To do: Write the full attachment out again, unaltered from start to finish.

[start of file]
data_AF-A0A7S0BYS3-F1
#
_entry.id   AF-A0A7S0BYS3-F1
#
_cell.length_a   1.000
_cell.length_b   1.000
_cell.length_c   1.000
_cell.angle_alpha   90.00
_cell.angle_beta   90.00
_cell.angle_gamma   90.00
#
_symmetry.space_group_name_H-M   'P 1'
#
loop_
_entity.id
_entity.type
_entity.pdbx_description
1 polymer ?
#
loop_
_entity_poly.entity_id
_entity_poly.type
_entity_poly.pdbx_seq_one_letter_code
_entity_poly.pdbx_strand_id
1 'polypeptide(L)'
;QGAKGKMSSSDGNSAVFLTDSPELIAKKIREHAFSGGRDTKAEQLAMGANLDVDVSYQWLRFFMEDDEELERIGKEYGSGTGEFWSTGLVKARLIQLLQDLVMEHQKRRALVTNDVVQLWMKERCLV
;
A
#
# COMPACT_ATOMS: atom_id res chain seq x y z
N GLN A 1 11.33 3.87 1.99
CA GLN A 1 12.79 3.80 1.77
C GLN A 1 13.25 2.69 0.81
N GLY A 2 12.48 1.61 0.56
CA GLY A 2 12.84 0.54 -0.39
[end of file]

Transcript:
data_AF-A0A7S0BYS3-F1
#
_entry.id   AF-A0A7S0BYS3-F1
#
_cell.length_a   1.000
_cell.length_b   1.000
_cell.length_c   1.000
_cell.angle_alpha   90.00
_cell.angle_beta   90.00
_cell.angle_gamma   90.00
#
_symmetry.space_group_name_H-M   'P 1'
#
loop_
_entity.id
_entity.type
_entity.pdbx_description
1 polymer ?
#
loop_
_entity_poly.entity_id
_entity_poly.type
_entity_poly.pdbx_seq_one_letter_code
_entity_poly.pdbx_strand_id
1 'polypeptide(L)'
;QGAKGKMSSSDGNSAVFLTDSPELIAKKIREHAFSGGRDTKAEQLAMGANLDVDVSYQWLRFFMEDDEELERIGKEYGSGTGEFWSTGLVKARLIQLLQDLVMEHQKRRALVTNDVVQLWMKERCLV
;
A
#
# COMPACT_ATOMS: atom_id res chain seq x y z
N GLN A 1 11.33 3.87 1.99
CA GLN A 1 12.79 3.80 1.77
C GLN A 1 13.25 2.69 0.81
N GLY A 2 12.48 1.61 0.56
CA GLY A 2 12.84 0.54 -0.39